Lockheed completes exit from Aussie IT market

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Lockheed completes exit from Aussie IT market

Defence, ATO deals officially change hands.

The merger of Lockheed Martin’s cast-off IT services business with defence contractor Leidos has officially wrapped up, marking the global military brand's disappearance from the local tech market.

Lockheed flagged the sale of its information systems and global solutions (IS&GS) division in the middle of 2015, with rival multinational Leidos Holdings throwing a bid of around US$5 billion (A$6.6 billion) into the ring to take over the IT operations several months later.

The deal has now formally gone through via a tax-friendly Reverse Morris Trust merger, taking just over a week ago.

It means the US-headquartered Leidos - which sells about US$10 billion worth of science and technology services into defence, intelligence and civil and health markets each year - will now officially take over Lockheed’s operations, primarily in the Australian public sector.

Lockheed’s roughly 750 Australian staff will join their new parent’s 33,000 existing global employees.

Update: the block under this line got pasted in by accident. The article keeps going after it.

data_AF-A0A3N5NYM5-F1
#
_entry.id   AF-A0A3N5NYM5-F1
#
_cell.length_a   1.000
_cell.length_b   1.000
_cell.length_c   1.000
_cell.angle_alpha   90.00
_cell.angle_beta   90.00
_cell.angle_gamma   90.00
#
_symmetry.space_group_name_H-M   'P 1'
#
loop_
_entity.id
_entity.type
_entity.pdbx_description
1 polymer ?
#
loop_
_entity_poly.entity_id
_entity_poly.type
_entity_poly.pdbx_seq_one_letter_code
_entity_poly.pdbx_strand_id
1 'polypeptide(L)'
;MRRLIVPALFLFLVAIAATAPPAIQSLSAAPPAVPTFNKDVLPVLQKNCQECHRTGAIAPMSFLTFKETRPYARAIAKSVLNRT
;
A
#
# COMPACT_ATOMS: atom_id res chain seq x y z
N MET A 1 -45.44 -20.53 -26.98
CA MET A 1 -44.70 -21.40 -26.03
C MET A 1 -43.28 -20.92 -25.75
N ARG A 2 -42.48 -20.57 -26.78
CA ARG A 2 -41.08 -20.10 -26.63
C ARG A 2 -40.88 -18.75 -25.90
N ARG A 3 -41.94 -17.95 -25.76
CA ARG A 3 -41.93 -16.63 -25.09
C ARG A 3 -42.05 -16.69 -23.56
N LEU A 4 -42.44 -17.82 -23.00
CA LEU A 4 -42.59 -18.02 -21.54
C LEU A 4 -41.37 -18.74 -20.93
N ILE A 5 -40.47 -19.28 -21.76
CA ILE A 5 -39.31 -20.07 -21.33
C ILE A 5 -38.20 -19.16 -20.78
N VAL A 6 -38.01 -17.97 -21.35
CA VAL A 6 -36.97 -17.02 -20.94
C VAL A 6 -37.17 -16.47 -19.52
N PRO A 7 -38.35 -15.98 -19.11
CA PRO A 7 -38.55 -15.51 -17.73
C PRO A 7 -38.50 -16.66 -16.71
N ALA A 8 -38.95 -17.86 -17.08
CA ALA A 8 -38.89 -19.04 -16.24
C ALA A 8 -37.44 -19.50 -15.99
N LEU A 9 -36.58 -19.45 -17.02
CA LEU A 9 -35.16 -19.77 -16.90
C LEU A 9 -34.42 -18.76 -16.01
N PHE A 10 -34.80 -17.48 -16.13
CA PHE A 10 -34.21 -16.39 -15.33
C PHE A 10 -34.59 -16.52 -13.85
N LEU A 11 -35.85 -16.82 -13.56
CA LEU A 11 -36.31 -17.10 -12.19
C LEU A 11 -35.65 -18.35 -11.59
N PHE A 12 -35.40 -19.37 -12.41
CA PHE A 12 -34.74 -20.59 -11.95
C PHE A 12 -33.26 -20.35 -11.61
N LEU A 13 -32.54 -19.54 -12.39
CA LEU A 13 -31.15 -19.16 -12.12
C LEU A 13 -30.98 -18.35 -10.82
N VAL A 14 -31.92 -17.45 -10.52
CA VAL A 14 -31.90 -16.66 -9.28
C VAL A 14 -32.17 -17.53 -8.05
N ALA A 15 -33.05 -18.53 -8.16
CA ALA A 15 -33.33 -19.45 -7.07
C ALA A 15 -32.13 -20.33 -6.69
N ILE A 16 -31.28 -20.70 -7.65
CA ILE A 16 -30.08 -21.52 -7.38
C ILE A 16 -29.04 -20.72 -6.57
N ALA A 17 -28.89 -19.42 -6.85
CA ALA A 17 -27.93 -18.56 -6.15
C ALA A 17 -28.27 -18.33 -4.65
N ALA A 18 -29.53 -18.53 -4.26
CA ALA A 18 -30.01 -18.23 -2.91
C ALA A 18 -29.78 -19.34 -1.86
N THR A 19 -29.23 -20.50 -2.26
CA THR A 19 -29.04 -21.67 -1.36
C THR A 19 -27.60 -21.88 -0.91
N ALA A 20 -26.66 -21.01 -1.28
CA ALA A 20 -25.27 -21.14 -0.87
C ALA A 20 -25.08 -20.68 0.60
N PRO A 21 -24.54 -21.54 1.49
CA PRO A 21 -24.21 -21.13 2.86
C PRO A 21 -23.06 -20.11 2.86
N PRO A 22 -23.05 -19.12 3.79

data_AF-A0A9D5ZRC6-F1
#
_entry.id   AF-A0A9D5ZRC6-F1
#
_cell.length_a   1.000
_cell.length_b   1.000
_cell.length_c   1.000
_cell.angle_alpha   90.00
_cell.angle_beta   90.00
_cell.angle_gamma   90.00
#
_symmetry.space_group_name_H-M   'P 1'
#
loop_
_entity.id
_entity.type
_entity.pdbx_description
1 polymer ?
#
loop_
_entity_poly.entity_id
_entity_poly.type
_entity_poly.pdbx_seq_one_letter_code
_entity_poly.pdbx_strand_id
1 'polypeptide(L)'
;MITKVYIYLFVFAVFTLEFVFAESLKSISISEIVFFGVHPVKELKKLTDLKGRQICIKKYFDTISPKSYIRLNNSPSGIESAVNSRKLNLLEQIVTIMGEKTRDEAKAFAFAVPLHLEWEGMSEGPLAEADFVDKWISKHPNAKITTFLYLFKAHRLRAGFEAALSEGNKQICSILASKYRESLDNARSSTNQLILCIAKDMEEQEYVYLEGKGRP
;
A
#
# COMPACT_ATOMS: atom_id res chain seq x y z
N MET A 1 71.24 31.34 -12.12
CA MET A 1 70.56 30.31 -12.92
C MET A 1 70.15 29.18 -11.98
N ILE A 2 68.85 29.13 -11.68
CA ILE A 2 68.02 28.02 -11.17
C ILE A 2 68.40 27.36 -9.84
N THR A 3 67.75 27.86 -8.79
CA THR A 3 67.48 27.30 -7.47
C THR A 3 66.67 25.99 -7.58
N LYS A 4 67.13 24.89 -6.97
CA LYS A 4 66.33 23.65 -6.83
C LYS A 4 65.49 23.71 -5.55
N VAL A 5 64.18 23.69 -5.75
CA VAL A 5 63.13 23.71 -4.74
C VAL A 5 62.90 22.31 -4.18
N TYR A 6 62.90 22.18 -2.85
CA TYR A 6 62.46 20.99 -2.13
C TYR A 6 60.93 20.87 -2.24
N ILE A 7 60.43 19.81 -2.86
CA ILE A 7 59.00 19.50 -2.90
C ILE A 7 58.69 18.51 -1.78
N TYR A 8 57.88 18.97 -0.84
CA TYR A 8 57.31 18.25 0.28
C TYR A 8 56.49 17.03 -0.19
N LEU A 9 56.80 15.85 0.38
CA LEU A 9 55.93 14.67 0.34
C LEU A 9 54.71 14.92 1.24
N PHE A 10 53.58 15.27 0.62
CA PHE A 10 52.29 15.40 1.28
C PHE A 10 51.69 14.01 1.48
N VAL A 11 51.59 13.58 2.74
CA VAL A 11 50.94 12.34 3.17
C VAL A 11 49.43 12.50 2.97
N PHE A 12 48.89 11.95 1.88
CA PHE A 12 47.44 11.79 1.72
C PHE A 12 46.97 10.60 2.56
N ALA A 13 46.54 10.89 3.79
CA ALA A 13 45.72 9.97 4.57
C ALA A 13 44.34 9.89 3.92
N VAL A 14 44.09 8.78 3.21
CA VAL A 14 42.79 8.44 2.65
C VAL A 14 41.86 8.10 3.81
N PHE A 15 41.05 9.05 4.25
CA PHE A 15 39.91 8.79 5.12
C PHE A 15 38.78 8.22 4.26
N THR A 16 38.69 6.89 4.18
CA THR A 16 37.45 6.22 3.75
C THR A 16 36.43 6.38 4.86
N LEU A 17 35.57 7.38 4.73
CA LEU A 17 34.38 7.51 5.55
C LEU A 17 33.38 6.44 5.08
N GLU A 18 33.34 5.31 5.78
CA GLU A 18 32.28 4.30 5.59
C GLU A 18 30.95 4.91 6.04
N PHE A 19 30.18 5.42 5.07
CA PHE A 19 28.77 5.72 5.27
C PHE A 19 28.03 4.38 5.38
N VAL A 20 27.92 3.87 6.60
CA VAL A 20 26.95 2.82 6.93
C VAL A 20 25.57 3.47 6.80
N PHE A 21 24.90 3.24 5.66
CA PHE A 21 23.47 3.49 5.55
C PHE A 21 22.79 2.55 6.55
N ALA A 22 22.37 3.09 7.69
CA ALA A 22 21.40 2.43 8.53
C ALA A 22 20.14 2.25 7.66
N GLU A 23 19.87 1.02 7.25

The completed merger means the two Australian government mega-deals Lockheed held with the Australian Taxation Office and Department of Defence have now officially changed hands.

Defence signed a $710 million contract for centralised processing services with Lockheed Martin in 2014.

A spokesperson for the department confirmed that a deed of “assignment, assumption and consent” was signed at the end of July that formally transferred the deal to Leidos.

“This transfer has had no impact on the services delivered under the centralised processing contract,” the spokesperson said.

The ATO has more than $500 million worth of end user computing and support services work with Lockheed, which formally came under the umbrella of the Leidos group on August 17.

A spokesperson for the ATO similarly stressed “there is no change to the scope of services and personnel”.

Lockheed’s Australian IT deals are all likely to now fall under the moniker of Abacus Innovation Australia, the subsidiary created by Lockheed Martin to facilitate the merger.

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